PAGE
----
From small local hills to mega resorts, we bring you the insiders guide, where SYNC Athletes share secrets to success and local knowledge about their home mountain.
Tell us a little about yourself:
Tucker Marshall, 28, I've been around the ski racing world longer than most and as a result I know just about everyone on the hill. I am the youngest of four and the only Marshall to yet compete on the World Cup. Talk about pressure. Geez.
Tucker ripping spring corn at Killington
What's your relationship with this mountain and trail?
I grew up shredding around Killington mountain in Vermont. Superstar has always been the last trail to close. All season they hammer the snow guns on it in hopes of being the last mountain to stay open in the east. I remember last season riding up the Superstar Quad in February. It was blizzard like conditions with snow coming down hard, I look to my left and see the mound of snow that is the Superstar trail tower above me even though I am twenty feet off the ground, and would you look at that? Snow guns going full blast. Never miss an opportunity for more snow pack.
Mmmmmmmm, ratnik spaghetti
To someone who's never raced there, explain Superstar:
Superstar starts out with a steep headwall that lasts three to four GS gates. After that it is a flat to moderate but with TONS of terrain for a good portion of the course before breaking over to the final steeps that everyone at the finish gets to see. This last pitch is really no joke as it generally has two to three terrain changes on the pitch as well which challenges you to keep your balance as you move over them while also looking for speed off the backside.
Course POV ridealong with TuckerWhat are some key things to nail in the course?
Start aggressive and don’t let those first few gates intimidate. Athletes must ski smart but confident and as they approach the bottom of the first pitch let it run into the terrain and start generating speed throughout the middle section. Skiers who actively look for speed in this portion of the course will start to see their time pulling away from other competitors.
As it breaks over to the last pitch it is important to take notice of the slight variations of the hill. It is a long steep pitch but mixed in there are two or three rollers where you can either get knocked out or gain speed depending on how you execute your game plan. Staying forward, compact, and pressing the backsides of those rollers will help propel athletes into favorable positions.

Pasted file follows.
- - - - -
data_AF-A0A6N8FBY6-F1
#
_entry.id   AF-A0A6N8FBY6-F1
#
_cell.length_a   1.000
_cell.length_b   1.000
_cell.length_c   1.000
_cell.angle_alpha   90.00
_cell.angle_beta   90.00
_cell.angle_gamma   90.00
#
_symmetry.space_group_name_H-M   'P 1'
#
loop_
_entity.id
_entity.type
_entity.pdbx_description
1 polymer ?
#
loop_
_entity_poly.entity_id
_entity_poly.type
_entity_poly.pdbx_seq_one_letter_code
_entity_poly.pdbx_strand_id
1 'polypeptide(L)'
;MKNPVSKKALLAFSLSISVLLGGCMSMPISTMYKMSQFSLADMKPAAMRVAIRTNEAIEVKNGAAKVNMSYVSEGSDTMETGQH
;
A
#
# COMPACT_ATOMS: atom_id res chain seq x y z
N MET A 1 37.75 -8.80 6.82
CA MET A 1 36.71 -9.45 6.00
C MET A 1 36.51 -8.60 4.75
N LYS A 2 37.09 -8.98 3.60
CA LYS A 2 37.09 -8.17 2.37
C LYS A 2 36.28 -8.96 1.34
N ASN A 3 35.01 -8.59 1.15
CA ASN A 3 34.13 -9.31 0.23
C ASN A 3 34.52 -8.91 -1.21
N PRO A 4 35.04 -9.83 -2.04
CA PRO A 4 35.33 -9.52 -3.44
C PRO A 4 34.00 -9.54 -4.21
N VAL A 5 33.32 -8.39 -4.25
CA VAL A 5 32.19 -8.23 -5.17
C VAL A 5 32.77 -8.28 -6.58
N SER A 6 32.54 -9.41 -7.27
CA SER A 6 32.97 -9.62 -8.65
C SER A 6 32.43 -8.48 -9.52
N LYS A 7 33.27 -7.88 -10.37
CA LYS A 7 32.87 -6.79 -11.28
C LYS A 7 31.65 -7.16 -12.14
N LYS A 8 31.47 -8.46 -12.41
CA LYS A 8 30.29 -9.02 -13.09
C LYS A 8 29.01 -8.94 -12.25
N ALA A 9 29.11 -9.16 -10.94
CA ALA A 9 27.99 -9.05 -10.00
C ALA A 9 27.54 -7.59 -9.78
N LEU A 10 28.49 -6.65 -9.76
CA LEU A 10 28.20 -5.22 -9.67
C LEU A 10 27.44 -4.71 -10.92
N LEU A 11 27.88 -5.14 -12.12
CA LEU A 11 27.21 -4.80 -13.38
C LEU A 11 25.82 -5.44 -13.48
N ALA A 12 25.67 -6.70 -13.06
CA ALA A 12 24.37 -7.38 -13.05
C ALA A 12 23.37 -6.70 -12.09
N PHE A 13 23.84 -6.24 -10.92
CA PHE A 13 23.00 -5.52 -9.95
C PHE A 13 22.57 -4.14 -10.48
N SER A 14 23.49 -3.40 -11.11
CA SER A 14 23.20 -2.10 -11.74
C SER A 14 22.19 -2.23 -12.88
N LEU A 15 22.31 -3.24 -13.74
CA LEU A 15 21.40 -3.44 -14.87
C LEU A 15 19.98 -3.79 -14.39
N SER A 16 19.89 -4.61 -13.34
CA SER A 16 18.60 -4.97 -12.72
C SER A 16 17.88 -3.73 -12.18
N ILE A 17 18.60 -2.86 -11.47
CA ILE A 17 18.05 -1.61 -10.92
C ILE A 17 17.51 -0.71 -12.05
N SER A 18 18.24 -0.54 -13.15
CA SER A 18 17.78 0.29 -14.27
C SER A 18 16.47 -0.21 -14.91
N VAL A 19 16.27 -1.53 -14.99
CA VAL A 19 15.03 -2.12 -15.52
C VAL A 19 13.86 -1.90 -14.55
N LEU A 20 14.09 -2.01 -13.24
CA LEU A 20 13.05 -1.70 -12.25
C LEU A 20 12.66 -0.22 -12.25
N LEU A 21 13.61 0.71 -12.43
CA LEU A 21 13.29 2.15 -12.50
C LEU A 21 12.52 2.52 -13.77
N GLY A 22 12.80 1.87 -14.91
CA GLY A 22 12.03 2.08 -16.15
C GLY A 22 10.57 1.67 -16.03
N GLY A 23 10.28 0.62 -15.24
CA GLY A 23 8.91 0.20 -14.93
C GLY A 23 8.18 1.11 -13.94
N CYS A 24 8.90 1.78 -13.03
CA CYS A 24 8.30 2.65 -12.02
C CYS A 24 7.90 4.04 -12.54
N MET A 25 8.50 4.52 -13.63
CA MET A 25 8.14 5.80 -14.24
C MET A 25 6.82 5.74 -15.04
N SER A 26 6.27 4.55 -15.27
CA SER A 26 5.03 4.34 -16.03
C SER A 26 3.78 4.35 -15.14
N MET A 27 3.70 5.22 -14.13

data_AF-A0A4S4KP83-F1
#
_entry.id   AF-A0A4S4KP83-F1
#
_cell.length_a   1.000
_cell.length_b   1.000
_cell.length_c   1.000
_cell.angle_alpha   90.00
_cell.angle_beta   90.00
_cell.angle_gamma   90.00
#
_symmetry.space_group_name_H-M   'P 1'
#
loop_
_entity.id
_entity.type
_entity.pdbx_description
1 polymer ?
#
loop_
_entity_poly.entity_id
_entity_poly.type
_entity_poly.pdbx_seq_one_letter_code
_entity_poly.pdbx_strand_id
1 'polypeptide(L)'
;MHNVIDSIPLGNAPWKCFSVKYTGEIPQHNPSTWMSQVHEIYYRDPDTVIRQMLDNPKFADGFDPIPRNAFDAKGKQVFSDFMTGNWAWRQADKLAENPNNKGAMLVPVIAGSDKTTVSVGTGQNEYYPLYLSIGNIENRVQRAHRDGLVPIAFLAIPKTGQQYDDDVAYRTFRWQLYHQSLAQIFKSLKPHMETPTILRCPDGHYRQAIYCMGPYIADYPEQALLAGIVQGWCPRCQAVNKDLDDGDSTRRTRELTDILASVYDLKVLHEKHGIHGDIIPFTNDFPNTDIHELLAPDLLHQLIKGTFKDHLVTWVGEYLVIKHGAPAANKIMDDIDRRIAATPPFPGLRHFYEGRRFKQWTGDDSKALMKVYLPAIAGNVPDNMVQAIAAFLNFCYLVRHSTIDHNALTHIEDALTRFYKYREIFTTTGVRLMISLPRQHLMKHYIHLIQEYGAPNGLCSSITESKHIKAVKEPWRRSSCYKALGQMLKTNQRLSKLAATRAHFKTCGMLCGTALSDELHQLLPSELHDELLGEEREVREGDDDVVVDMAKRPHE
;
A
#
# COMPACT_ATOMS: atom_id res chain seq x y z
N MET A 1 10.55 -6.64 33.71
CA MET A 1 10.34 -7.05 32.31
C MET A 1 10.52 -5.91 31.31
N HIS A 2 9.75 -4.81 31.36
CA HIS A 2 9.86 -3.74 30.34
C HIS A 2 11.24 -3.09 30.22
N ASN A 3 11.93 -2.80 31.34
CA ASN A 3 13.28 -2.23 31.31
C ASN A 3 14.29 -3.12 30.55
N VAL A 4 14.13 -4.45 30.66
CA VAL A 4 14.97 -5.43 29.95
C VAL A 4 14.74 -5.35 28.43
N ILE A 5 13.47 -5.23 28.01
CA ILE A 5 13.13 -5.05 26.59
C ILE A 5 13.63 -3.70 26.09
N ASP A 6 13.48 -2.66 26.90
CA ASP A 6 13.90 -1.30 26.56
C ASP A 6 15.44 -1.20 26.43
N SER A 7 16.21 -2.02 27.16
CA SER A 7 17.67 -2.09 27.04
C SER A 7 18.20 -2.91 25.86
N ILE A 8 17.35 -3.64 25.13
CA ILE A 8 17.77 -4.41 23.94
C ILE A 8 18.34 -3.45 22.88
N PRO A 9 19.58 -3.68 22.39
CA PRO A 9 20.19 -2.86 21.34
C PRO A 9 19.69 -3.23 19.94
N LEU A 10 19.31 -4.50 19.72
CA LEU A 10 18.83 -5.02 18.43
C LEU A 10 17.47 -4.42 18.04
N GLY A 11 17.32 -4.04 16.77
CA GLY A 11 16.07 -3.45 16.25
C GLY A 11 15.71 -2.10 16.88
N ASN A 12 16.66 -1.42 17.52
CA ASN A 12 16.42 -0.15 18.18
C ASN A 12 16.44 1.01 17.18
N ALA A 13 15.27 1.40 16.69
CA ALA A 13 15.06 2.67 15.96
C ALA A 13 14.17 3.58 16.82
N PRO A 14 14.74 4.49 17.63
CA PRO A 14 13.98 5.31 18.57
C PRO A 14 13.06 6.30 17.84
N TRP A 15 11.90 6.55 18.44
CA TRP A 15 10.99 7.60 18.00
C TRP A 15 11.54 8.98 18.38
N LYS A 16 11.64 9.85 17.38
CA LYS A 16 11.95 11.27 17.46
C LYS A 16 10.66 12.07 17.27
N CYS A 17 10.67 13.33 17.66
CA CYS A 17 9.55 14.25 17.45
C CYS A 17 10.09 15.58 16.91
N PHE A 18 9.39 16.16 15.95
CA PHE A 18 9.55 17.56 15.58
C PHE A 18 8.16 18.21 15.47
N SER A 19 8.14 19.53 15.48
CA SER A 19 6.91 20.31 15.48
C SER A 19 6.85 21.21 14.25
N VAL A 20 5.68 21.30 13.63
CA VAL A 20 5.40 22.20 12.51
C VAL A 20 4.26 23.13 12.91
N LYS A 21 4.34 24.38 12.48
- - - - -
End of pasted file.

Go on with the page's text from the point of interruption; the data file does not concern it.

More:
What type of racer does best here?
The bold, the confident, the experienced.
What's your favorite memory from this trail?
I have a lot of memories from this hill. Some of my earliest are from shredding spring laps in bumps that were over my head. I learned how to ski here, I chased my brothers and sister down the mountain here, I found a community, a family here. I have also been the POV forerunner for all the World Cup slaloms at Killington and the feeling I get skiing into that huge crowd and seeing so many faces I grew up with is one of the best experiences of my life.
Tucker goes wayyyyyy back at Killington
Any off the hill local recommendations for someone traveling to Killington?
If you're looking for breakfast, then Sunup Bakery is the place to go. Lunch is definitely iPie, best pizza in the world in my opinion but I am slightly biased. If you want to have a good time, hit up the Pickle Barrel, and if you end up having too good of a time and get kicked out you won’t be welcome at Jax either because they have the same owner. Just something I’ve heard. Definitely not from personal experience.
Thanks to Tucker Marshall for sharing his background at Killington! Be sure to follow him and Redneck Racing Team at @tuckermarshall and @redneckracingskiteam. Visit his website to check out video blogs at www.tuckermarshall.com
You can also buy the Redneck Racing Suit, featuring #basherbear, designed by Robby Kelley on SYNCPerformance.com!
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